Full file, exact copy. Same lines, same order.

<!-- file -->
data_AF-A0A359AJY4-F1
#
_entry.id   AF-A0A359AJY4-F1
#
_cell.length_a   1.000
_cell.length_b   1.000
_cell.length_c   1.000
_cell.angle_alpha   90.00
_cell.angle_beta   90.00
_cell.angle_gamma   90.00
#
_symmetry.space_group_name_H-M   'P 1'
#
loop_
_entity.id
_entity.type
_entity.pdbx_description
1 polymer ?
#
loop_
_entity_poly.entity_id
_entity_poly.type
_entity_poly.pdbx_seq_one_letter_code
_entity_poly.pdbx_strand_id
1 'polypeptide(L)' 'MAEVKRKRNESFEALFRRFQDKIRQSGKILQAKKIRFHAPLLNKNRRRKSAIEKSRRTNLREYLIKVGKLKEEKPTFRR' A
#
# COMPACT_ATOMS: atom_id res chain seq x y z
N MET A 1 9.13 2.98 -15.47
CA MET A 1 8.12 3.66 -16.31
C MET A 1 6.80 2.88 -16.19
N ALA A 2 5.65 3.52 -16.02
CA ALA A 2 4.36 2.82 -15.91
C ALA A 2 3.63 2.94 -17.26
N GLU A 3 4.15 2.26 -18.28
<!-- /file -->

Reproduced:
data_AF-A0A359AJY4-F1
#
_entry.id   AF-A0A359AJY4-F1
#
_cell.length_a   1.000
_cell.length_b   1.000
_cell.length_c   1.000
_cell.angle_alpha   90.00
_cell.angle_beta   90.00
_cell.angle_gamma   90.00
#
_symmetry.space_group_name_H-M   'P 1'
#
loop_
_entity.id
_entity.type
_entity.pdbx_description
1 polymer ?
#
loop_
_entity_poly.entity_id
_entity_poly.type
_entity_poly.pdbx_seq_one_letter_code
_entity_poly.pdbx_strand_id
1 'polypeptide(L)' 'MAEVKRKRNESFEALFRRFQDKIRQSGKILQAKKIRFHAPLLNKNRRRKSAIEKSRRTNLREYLIKVGKLKEEKPTFRR' A
#
# COMPACT_ATOMS: atom_id res chain seq x y z
N MET A 1 9.13 2.98 -15.47
CA MET A 1 8.12 3.66 -16.31
C MET A 1 6.80 2.88 -16.19
N ALA A 2 5.65 3.52 -16.02
CA ALA A 2 4.36 2.82 -15.91
C ALA A 2 3.63 2.94 -17.26
N GLU A 3 4.15 2.26 -18.28